Advertisement

Lessons Learned: From Emerging Realities to Implications for the Future of Education in Bangladesh

  • Foez MojumderEmail author
  • M Moninoor Roshid
Chapter
Part of the Education in the Asia-Pacific Region: Issues, Concerns and Prospects book series (EDAP, volume 44)

Abstract

The twenty-first century places demands on every country to build a high-quality, inclusive and equitable education system to educate a young generation with adequate knowledge, twenty-first century skills and social values to live, work and contribute responsibly to the society as well as to the local and global economy. Most of the developing countries including Bangladesh, therefore, have committed to reform their education system in order to achieve the Sustainable Development Goals (SDGs) by 2030, since education is arguably considered the best investment for a country to become developed. As it is widely recognised, a reform action requires policy makers to review evidence-based education practices to undertake informed decisions. This book, therefore, is an attempt to present recent studies being conducted by a group of dedicated researchers working at home and abroad, addressing emerging issues in education in Bangladesh to facilitate policy makers to undertake evidence-based and informed reform action plans. Based on the studies presented in the book, this concluding chapter draws together common threads and discusses learning points that may offer insightful directions for the future of education in the country. The insights and guidelines, therefore, could assist the government of Bangladesh and relevant stakeholders in developing effective action plans to improve current practices at all levels of education.

References

  1. Augustine, N. R., Barrett, C., Cassell, G., Grasmick, N., Holliday, C., Jackson, S. A., et al. (2010). Rising above the gathering storm, revisited: Rapidly approaching category 5. Washington, DC: The National Academies Press.Google Scholar
  2. Ban Ki-moon. (2016). Education commission sets vision for a learning generation in report [Press release]. Retrieved from http://www.unesco.org/new/en/media-services/single-view/news/education_commission_sets_vision_for_a_learning_generation_i/
  3. Binkley, M., Erstad, O., Herman, J., Rtaizen, S., Ripley, M., Miller-Ricci, M., et al. (2012). Defining twenty-first century skills. In P. Griffin, B. McGaw, & E. Care (Eds.), Assessment and teaching of 21st century skills (pp. 17–66). Dordrecht, the Netherlands: Springer.CrossRefGoogle Scholar
  4. Branham, D. (2004). The wise man builds his house upon the rock: The effects of inadequate school building infrastructure on student attendance. Social Science Quarterly, 85(5), 1112–1128.  https://doi.org/10.1111/j.0038-4941.2004.00266.x.CrossRefGoogle Scholar
  5. De Lepe, M., Olmstead, W., Russell, C., Cazarez, L., & Lloyd, A. (2015). Using science fiction prototyping to decrease the decline of interest in STEM topics at the high school level. Workshop proceedings of the 11th international conference on intelligent environments (pp. 189–196).  https://doi.org/10.3233/978-1-61499-530-2-189.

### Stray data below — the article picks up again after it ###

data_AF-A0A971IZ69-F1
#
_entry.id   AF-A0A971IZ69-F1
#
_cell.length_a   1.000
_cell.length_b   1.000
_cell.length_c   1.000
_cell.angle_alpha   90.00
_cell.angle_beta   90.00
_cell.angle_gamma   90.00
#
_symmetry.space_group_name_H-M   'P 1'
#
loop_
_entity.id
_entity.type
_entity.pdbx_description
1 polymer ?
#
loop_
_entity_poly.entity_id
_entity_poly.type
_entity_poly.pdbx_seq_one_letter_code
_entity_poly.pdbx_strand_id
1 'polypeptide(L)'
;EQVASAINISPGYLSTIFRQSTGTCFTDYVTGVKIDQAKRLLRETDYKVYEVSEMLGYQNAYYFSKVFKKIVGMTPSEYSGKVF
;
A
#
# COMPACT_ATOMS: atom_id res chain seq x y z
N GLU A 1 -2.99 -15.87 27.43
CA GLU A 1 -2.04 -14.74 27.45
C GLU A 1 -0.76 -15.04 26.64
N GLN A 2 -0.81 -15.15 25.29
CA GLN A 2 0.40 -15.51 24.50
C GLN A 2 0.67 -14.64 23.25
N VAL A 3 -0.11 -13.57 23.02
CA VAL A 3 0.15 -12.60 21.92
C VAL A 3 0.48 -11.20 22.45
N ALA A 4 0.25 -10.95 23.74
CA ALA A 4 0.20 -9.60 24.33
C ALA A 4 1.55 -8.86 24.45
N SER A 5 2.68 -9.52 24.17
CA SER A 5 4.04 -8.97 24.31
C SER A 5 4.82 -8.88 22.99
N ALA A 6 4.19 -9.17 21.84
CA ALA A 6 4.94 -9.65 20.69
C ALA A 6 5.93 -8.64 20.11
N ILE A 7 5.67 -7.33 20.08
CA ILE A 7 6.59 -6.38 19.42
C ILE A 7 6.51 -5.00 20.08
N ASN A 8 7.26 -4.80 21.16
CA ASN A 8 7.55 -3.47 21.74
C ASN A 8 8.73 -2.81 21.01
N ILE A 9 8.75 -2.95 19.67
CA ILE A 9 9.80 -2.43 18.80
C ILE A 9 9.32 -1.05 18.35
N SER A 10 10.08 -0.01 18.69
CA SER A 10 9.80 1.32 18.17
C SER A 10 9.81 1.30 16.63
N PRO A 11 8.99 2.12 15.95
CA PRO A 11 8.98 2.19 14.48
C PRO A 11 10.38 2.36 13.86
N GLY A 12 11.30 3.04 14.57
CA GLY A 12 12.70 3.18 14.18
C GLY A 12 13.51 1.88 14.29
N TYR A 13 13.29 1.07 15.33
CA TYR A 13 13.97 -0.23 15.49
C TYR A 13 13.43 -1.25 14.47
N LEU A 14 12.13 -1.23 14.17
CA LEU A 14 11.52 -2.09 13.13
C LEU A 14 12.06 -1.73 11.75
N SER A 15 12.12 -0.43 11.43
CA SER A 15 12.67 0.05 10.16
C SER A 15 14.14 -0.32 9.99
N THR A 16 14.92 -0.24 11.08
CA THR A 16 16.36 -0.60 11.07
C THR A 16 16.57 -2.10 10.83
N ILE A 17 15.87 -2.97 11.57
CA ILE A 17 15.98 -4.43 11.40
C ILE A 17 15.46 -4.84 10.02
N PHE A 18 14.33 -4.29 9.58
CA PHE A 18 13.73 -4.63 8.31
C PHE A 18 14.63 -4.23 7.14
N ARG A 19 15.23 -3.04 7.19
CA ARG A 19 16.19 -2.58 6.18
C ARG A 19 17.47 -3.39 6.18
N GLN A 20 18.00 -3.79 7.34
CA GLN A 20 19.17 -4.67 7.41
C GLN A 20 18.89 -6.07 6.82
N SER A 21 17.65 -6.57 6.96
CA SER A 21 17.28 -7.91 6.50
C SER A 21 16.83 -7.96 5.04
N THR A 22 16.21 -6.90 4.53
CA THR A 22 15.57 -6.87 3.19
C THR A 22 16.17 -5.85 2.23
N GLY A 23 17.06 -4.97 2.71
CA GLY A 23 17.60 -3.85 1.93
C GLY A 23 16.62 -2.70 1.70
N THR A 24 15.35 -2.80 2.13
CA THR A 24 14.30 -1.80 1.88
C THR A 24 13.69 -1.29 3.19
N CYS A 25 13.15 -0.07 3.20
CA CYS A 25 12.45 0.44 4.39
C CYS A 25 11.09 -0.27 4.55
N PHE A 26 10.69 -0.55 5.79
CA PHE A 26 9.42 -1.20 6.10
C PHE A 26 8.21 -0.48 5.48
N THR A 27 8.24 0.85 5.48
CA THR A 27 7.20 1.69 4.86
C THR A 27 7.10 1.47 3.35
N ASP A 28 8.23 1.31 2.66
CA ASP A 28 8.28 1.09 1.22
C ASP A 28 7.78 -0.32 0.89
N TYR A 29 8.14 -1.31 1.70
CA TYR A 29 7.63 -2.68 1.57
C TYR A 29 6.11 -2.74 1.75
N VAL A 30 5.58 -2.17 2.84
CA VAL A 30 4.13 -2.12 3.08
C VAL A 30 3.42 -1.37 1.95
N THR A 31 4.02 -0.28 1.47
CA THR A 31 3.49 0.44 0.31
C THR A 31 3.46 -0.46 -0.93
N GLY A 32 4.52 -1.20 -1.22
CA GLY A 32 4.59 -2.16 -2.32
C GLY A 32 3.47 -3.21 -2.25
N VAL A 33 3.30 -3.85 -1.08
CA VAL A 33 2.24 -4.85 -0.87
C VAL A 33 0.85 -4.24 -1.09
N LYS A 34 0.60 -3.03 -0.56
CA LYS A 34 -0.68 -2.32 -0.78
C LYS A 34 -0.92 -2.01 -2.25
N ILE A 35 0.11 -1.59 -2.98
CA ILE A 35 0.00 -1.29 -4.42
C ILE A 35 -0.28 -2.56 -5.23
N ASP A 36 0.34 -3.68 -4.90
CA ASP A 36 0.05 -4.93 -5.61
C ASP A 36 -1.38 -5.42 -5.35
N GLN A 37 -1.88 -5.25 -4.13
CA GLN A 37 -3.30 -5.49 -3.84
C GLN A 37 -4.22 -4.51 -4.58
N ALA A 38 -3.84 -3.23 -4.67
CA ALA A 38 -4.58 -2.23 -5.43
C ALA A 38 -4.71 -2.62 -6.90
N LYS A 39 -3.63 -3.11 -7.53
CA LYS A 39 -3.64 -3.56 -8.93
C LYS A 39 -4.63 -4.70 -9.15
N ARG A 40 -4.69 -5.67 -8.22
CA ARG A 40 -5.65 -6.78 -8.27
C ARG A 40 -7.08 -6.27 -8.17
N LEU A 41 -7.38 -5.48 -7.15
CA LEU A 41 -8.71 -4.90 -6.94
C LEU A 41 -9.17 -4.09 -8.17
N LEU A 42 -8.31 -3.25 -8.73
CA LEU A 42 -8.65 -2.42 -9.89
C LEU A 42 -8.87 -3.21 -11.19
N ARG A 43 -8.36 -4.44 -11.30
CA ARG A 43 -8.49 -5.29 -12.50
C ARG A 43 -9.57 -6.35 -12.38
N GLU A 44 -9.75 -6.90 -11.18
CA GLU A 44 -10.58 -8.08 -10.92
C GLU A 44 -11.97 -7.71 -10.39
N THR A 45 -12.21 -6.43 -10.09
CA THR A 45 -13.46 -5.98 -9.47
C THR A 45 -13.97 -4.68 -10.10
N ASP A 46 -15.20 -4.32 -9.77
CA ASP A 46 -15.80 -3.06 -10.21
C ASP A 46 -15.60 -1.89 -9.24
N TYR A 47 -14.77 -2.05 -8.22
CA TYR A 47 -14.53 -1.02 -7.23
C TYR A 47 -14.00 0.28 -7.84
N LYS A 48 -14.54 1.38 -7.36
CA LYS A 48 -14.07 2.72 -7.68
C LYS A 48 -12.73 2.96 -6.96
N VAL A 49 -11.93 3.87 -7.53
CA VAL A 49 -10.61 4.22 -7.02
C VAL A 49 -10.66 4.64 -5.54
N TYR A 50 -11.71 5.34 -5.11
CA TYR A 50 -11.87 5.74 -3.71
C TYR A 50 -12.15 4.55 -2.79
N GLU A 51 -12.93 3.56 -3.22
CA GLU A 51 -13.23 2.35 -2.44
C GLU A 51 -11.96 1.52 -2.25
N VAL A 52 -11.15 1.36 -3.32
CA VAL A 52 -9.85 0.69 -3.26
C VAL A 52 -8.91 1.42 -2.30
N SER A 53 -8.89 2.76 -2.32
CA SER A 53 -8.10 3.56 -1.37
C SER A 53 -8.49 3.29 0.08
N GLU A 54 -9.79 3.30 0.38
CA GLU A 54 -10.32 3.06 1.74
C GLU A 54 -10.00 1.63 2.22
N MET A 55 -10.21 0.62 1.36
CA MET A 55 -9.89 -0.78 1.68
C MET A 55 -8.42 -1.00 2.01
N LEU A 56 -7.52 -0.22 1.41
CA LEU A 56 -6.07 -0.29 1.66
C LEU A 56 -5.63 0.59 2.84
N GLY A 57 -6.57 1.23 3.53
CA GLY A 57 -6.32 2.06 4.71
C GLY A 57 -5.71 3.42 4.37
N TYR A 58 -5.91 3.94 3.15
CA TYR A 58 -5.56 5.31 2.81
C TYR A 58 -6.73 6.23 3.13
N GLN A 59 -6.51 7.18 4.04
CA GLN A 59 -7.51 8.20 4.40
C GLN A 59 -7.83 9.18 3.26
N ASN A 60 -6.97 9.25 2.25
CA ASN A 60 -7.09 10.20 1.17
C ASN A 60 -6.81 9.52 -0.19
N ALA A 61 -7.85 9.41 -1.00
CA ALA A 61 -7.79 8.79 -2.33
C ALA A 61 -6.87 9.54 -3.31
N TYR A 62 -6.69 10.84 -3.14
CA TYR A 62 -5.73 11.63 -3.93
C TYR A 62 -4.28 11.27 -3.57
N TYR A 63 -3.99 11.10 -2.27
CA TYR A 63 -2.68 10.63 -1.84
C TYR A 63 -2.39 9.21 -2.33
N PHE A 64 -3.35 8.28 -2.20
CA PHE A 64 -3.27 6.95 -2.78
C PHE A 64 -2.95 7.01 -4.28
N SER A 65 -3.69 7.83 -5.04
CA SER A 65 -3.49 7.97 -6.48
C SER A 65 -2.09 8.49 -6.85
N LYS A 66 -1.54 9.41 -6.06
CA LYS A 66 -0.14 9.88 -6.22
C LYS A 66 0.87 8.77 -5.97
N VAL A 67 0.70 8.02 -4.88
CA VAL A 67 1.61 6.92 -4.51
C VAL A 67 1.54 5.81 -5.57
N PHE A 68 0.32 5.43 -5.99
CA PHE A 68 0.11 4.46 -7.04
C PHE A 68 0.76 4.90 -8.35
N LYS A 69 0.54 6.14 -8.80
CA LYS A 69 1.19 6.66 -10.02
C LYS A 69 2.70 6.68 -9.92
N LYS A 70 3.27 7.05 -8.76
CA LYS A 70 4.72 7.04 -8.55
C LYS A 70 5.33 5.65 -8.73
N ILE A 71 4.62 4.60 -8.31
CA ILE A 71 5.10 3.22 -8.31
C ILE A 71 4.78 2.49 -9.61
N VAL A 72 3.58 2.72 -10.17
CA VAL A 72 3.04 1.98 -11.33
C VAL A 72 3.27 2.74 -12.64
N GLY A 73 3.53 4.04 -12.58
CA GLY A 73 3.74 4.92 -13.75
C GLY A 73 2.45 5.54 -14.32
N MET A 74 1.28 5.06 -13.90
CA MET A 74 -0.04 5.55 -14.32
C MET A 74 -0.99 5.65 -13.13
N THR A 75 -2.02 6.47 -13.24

6. Directorate of Primary Education. (2014). National student assessment 2013 for grades 3 and 5. Dhaka, Bangladesh: Ministry of Primary & Mass Education.Google Scholar
  7. Leithwood, K., Louis, K. S., Anderson, S., & Wahlstrom, K. (2004). Review of research: How leadership influences student learning. Retrieved from http://www.wallacefoundation.org/knowledge-center/Documents/How-Leadership-Influences-Student-Learning.pdf
  8. Lyons, T., & Quinn, F. (2015). Understanding declining science participation in Australia: A systemic perspective. In E. K. Henriksen, J. Dillon, & J. Ryder (Eds.), Understanding student participation and choice in science and technology education (pp. 153–168). Dordrecht, the Netherlands: Springer.Google Scholar
  9. Roberts, A. (2012). A justification for STEM education. Technology and Engineering Teacher, 71(8). https://www.iteea.org/File.aspx?id=86478&v=5409fe8e
  10. Roshid, M. M., & Webb, S. (2013). From workplace learning to work integrated learning for English communication skills: Professional development in an international business sector. In J. Greenwood, J. Everatt, A. H. Kabir, & S. Alam (Eds.), Research and educational change in Bangladesh (pp. 115–133). Dhaka: University of Dhaka.Google Scholar
  11. The Economist. (2014). High university enrolment, low graduate employment: Analysing the paradox in Afghanistan, Bangladesh, India, Nepal, Pakistan and Sri Lanka. Retrieved from https://www.britishcouncil.in/sites/default/files/british_council_report_2014_jan.pdf
  12. World Education Forum. (2015). Education 2030: Towards inclusive and equitable quality education and lifelong learning for all. http://unesdoc.unesco.org/images/0023/002338/233813M.pdf

Copyright information

© Springer Nature Singapore Pte Ltd. 2018

Authors and Affiliations

  1. 1.Faculty of EducationMonash UniversityMelbourneAustralia
  2. 2.Institute of Education and ResearchUniversity of DhakaDhakaBangladesh

Personalised recommendations